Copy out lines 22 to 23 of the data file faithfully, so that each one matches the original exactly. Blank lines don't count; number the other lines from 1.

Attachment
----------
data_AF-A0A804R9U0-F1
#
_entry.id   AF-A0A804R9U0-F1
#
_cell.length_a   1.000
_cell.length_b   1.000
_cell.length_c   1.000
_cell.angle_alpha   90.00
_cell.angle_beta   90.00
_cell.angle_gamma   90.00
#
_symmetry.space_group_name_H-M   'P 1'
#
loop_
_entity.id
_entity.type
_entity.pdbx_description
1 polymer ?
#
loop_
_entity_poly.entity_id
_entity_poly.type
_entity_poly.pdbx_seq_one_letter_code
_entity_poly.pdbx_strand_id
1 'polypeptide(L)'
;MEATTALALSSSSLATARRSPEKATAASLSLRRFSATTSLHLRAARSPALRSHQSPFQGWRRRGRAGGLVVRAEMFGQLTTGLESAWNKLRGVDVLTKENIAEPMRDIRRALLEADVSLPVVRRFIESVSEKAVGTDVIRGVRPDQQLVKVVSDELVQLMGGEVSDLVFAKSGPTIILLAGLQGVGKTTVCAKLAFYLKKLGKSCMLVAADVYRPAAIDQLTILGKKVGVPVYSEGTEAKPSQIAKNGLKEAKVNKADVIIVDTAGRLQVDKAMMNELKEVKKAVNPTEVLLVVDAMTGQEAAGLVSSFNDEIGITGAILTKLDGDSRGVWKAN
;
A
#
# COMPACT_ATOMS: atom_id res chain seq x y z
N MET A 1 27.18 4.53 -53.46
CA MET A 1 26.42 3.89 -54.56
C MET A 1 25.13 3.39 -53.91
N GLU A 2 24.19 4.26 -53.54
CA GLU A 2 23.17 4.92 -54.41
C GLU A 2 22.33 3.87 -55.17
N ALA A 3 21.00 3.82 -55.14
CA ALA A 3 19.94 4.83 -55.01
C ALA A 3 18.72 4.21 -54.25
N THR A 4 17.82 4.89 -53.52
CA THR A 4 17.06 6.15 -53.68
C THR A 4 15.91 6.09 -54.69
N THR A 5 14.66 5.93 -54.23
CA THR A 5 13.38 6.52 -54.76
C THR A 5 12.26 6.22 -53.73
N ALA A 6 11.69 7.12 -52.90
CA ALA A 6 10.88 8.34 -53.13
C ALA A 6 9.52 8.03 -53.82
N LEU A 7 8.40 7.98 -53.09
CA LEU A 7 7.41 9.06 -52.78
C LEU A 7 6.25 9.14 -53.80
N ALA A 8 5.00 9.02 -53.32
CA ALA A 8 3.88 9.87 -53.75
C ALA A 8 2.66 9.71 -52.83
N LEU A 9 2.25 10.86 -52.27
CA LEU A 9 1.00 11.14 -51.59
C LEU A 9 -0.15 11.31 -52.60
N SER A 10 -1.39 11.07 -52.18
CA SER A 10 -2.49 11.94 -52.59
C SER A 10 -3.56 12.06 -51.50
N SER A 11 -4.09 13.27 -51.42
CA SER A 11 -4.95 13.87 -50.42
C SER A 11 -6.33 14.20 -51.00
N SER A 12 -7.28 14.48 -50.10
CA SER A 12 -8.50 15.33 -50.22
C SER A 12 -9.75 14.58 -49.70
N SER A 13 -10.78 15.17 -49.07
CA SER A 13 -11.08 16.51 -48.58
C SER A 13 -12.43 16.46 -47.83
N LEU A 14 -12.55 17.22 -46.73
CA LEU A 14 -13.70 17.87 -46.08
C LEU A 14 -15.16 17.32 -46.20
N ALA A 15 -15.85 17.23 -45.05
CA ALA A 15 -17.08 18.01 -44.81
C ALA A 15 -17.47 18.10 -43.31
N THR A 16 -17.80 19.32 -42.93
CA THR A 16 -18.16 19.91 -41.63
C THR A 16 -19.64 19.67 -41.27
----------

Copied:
_entity_poly.type
_entity_poly.pdbx_seq_one_letter_code